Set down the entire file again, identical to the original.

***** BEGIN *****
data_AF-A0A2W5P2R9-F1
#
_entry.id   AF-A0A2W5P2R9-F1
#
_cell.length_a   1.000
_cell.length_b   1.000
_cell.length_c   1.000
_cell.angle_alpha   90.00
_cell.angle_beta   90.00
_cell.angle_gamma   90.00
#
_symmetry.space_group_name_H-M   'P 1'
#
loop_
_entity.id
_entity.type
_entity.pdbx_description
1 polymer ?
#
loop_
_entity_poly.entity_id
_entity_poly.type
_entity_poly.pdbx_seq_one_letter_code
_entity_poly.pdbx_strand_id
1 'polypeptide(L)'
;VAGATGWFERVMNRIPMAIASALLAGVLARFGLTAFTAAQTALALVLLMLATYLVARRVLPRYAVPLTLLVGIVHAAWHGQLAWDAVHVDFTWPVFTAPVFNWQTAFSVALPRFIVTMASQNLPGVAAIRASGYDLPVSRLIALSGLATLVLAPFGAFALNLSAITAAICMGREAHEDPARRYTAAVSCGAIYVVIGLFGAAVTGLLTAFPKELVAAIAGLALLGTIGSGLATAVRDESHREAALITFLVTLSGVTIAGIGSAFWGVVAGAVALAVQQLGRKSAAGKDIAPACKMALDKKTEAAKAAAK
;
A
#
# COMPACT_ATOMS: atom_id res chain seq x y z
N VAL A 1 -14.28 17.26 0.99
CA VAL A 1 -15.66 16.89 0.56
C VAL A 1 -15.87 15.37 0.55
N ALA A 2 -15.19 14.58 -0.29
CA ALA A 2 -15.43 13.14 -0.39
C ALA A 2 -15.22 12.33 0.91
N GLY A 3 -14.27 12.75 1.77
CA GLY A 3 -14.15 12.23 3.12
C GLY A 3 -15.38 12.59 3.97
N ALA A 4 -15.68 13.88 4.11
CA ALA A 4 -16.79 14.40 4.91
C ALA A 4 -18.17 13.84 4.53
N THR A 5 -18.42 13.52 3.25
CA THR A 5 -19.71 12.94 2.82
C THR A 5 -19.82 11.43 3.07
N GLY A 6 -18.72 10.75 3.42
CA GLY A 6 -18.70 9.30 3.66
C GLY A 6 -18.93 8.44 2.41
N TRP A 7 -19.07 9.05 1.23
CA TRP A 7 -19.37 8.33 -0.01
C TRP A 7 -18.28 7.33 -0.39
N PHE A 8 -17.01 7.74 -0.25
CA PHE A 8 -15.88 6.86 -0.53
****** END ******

data_AF-A0A2W5P2R9-F1
#
_entry.id   AF-A0A2W5P2R9-F1
#
_cell.length_a   1.000
_cell.length_b   1.000
_cell.length_c   1.000
_cell.angle_alpha   90.00
_cell.angle_beta   90.00
_cell.angle_gamma   90.00
#
_symmetry.space_group_name_H-M   'P 1'
#
loop_
_entity.id
_entity.type
_entity.pdbx_description
1 polymer ?
#
loop_
_entity_poly.entity_id
_entity_poly.type
_entity_poly.pdbx_seq_one_letter_code
_entity_poly.pdbx_strand_id
1 'polypeptide(L)'
;VAGATGWFERVMNRIPMAIASALLAGVLARFGLTAFTAAQTALALVLLMLATYLVARRVLPRYAVPLTLLVGIVHAAWHGQLAWDAVHVDFTWPVFTAPVFNWQTAFSVALPRFIVTMASQNLPGVAAIRASGYDLPVSRLIALSGLATLVLAPFGAFALNLSAITAAICMGREAHEDPARRYTAAVSCGAIYVVIGLFGAAVTGLLTAFPKELVAAIAGLALLGTIGSGLATAVRDESHREAALITFLVTLSGVTIAGIGSAFWGVVAGAVALAVQQLGRKSAAGKDIAPACKMALDKKTEAAKAAAK
;
A
#
# COMPACT_ATOMS: atom_id res chain seq x y z
N VAL A 1 -14.28 17.26 0.99
CA VAL A 1 -15.66 16.89 0.56
C VAL A 1 -15.87 15.37 0.55
N ALA A 2 -15.19 14.58 -0.29
CA ALA A 2 -15.43 13.14 -0.39
C ALA A 2 -15.22 12.33 0.91
N GLY A 3 -14.27 12.75 1.77
CA GLY A 3 -14.15 12.23 3.12
C GLY A 3 -15.38 12.59 3.97
N ALA A 4 -15.68 13.88 4.11
CA ALA A 4 -16.79 14.40 4.91
C ALA A 4 -18.17 13.84 4.53
N THR A 5 -18.42 13.52 3.25
CA THR A 5 -19.71 12.94 2.82
C THR A 5 -19.82 11.43 3.07
N GLY A 6 -18.72 10.75 3.42
CA GLY A 6 -18.70 9.30 3.66
C GLY A 6 -18.93 8.44 2.41
N TRP A 7 -19.07 9.05 1.23
CA TRP A 7 -19.37 8.33 -0.01
C TRP A 7 -18.28 7.33 -0.39
N PHE A 8 -17.01 7.74 -0.25
CA PHE A 8 -15.88 6.86 -0.53